Below are two plots of the generated φ using very specific kinematics, overlaid with the analysic function of the Cahn effect that is used to weight the flat events. Two kinematic points are compared, both of which show good agreement between the weighted events and the analytic function. The function is a function of PT, Q2, and y. Specific values of PT and Q2 were chosen for each test, and the RMS value of y after the cut is used to compute the Cahn function.

I am in the process of reproducing the above for further fixed kinematic points, including fixed values of z.

November 3, 2011

Below is a comparison of φ binned in z for each of the six sectors in CLAS. At first glance there does not seem to be a large difference between the sectors, but when the data is fit it can be seen that the discrepencies between each sector are very large. The plots below use only the flat φ with no weighting, but a comparison using data generated with the Cahn effect and flat data weighted with the Cahn effect is underway.

October 26, 2011

October 25, 2011

I am working on an event weighting procedure to mirror the Cahn routing implemented in the event generator. To do so I weight each event from the flat φ distribution with the following function:
q2pt = pt/sqrt(q2)
q2pt2 = pt**2/q2
y1 = (1.-y)
y11 = 1.+y1**2+4.*y1*q2pt2
y12 = sqrt(y1)
y2 = 2.-y
cahn1 = 4.*y12*y2*q2pt
cahn2 = 4.*y1*q2pt2
weight = y11-cahn1*cos(phi)+cahn2*cos(2.*phi)

Events are weighted with the above function, and then compared to both the flat φ distribution and the MC produced with the Cahn Effect. The events weighted with the Cahn effect compare better with events generated with the Cahn effect than to those with a flat φ distribution, but the systemmatic error between the two fits is still too high. I am working on the weighting procedure to see if it can be improved. In particular, the generated φ distributions are different between events weighted with the Cahn effect and those generated with the Cahn effect, so I am trying to understand this difference.

October 21, 2011

The following are plots showing the weighting procedure for acceptance calculation.

October 19, 2011

Today's update contains the following:
  1. Comparison between MX>1.2 and MX>1.5 using flat φ
  2. Comparison between flat φ and Cahn effect using MX>1.5 GeV and y<0.8.
  3. Purity plots using flat φ and Cahn effect.
  4. Kinematic plots using MX>1.5 GeV and y<0.8.

October 18, 2011

October 17, 2011

Below are plots of kinematic variables between experimental and simulated data. There is a large difference in pion θ, as well as small differences in some other variables. I am currently running my analysis program on simulated data using a momentum-matching algorithm to assure that for each event, the reconstructed pion with the highest energy is coming from the generated pion with the highest energy. Tomorrow I will remake the kinematic plots below to see if this matching algorithm provides any improvement. I am also currently creating histograms to calculate the purity in each bin. Next I will perform the weighting analysis procedure.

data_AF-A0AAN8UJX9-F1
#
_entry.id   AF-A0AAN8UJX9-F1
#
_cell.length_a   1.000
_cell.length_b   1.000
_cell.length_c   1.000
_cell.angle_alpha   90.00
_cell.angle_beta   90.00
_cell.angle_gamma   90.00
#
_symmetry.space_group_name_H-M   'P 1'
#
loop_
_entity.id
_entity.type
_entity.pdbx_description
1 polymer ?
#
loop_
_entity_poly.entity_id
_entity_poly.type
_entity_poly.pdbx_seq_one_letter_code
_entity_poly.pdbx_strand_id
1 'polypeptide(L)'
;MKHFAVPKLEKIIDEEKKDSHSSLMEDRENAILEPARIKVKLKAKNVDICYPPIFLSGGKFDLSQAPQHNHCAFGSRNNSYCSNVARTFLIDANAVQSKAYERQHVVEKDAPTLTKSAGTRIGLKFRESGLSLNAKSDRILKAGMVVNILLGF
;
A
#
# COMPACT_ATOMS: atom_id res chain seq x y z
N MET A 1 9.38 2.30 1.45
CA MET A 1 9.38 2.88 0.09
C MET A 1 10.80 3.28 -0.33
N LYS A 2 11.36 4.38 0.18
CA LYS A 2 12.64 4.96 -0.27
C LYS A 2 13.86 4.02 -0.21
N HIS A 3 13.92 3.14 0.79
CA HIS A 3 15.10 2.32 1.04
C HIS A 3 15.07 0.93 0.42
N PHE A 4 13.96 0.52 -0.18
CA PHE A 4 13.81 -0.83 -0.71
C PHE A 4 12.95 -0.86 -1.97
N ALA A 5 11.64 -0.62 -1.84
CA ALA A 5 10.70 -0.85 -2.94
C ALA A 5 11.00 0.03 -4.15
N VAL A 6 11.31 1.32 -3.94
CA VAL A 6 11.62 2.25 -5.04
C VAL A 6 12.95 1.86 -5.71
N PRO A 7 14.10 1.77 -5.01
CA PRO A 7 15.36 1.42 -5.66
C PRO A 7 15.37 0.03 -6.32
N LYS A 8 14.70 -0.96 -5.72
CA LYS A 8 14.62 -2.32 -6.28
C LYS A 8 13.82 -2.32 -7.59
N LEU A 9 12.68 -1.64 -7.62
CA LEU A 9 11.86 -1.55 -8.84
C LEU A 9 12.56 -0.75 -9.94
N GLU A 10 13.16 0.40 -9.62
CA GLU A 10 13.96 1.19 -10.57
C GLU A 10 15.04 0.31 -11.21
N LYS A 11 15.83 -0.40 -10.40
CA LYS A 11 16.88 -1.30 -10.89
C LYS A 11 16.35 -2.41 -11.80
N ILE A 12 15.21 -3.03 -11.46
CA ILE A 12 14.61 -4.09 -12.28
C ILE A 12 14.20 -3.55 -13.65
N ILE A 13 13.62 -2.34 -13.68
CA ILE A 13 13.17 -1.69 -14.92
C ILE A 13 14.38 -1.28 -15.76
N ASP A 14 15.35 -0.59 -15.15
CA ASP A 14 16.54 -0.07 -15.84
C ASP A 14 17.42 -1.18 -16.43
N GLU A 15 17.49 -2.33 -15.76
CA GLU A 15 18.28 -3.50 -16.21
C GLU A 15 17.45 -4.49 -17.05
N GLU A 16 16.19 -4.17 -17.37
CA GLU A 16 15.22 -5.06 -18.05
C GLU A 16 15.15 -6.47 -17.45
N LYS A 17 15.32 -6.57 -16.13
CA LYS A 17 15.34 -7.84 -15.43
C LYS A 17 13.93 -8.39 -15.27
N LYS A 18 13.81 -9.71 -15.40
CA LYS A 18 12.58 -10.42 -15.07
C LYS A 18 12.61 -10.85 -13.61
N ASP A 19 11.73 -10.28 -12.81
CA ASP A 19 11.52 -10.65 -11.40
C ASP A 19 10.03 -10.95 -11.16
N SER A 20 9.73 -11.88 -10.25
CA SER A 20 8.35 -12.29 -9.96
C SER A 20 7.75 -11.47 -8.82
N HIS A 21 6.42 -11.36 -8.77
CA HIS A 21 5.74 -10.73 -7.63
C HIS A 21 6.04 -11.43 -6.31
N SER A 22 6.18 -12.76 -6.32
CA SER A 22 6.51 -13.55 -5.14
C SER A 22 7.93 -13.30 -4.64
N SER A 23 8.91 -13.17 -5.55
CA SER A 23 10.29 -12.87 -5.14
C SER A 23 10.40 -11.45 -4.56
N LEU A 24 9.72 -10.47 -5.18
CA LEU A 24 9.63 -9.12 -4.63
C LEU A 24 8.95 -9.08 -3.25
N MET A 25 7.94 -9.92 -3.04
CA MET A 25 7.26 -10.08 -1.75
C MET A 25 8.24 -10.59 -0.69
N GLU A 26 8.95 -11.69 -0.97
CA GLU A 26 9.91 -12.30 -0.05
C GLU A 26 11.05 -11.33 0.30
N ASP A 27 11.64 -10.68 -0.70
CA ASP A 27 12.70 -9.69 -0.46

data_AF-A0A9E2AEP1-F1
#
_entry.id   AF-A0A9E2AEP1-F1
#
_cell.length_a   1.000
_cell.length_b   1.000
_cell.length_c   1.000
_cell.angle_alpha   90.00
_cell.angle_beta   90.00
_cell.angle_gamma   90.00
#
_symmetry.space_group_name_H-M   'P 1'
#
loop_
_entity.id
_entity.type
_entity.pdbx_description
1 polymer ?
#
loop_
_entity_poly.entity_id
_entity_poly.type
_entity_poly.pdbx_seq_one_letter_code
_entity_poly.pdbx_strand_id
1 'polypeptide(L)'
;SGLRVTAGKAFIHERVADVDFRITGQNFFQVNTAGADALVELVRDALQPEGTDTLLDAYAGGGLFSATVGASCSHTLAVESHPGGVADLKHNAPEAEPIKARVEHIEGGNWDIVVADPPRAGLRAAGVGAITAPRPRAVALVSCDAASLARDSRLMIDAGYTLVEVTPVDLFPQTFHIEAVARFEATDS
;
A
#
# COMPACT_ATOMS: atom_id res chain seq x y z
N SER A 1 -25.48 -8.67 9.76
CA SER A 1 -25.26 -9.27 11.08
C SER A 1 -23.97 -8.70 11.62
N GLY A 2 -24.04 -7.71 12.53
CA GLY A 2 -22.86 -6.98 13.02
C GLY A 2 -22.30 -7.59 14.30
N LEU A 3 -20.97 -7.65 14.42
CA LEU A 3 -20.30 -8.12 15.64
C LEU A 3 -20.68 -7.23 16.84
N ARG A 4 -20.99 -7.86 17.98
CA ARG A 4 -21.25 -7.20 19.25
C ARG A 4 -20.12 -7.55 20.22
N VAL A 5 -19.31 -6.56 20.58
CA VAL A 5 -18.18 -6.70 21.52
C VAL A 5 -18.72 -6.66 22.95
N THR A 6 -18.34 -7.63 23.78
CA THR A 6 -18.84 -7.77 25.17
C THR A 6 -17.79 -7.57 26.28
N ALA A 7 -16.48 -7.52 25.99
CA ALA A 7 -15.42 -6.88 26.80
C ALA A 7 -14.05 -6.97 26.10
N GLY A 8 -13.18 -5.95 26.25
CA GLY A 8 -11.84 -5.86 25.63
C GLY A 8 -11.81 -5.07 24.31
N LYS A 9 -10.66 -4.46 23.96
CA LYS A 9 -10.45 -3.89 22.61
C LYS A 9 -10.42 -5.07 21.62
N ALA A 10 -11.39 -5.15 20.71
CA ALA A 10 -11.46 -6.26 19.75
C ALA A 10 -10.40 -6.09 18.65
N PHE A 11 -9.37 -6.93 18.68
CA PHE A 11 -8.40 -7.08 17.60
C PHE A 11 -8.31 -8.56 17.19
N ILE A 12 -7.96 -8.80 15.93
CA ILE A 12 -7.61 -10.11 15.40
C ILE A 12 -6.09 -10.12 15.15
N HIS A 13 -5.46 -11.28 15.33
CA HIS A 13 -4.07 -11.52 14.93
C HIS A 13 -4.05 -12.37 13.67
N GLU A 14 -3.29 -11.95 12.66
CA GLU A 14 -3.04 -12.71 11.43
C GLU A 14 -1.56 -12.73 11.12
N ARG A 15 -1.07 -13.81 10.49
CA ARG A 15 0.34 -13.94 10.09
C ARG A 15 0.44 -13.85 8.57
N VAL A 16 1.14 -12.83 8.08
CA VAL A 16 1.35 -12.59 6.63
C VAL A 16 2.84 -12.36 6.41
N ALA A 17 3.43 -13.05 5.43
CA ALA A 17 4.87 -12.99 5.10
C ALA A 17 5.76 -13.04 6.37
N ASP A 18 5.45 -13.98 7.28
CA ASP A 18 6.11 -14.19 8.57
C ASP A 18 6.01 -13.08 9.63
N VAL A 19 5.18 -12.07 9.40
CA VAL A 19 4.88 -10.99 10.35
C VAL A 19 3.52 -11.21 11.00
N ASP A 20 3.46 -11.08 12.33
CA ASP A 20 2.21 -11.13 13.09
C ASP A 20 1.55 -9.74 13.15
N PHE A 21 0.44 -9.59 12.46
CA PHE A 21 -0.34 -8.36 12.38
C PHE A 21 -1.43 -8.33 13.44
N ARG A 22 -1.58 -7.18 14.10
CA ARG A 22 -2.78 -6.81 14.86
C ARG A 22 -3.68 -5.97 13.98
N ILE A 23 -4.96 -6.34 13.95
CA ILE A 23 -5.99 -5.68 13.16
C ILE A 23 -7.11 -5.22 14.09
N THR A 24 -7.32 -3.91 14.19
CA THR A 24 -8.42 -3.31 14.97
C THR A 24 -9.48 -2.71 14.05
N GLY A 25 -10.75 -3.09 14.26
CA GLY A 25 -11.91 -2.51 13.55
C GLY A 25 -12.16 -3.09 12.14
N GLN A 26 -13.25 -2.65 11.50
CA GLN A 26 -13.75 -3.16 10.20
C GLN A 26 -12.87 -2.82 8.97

October 15, 2011

October 14, 2011

I fixed a bug in my code that was causing the missing mass cut to not be correctly applied. which greatly improved the φ distributions. For the following plots and fits to φ I used the simulation including the Cahn effect. I am currently running the program on the files simulated with the flat φ distribution for comparison.

October 12, 2011

The following show acceptance corrections in three dimensions in terms of (z, x, φ) and (z, Q2, φ) using 72 bins in φ.

October 11, 2011

I also tested the effect of the elctron fiducial cut on acceptance. I used the events simulated with a flat φ distribution, but used a tighter electron fiducial cut. The following plots compare the acceptance due to the two cuts. For this comparison I used 180 bins in φ.

October 10, 2011

October 6, 2011

These are showing Monte-carlo data that has been reconstructed in GSim, and then corrected with the computed acceptance. We want to see the 2nd row reproducing the 1st row and the 4th row reproducing the 3rd row. I adjusted the range of the fits to only include data points between 30-330o, ignoring the edges.

October 5, 2011

Here is z-dependence for π+ using 2o bins in φ..

October 4, 2011

Here using 2o bins in φ (previous plots used 5o bins).

October 3, 2011

September 29, 2011

Here are fits giving the z dependence of Acosφ using 40M generated events comparing the two φ distributions.

September 27, 2011

September 26, 2011

September 22, 2011

September 21, 2011

September 19, 2011

September 16, 2011

September 6, 2011

August 24, 2011

August 18, 2011

August 15, 2011

August 11, 2011

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August 6, 2011

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August 3, 2011

August 1, 2011

July 31, 2011

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July 25, 2011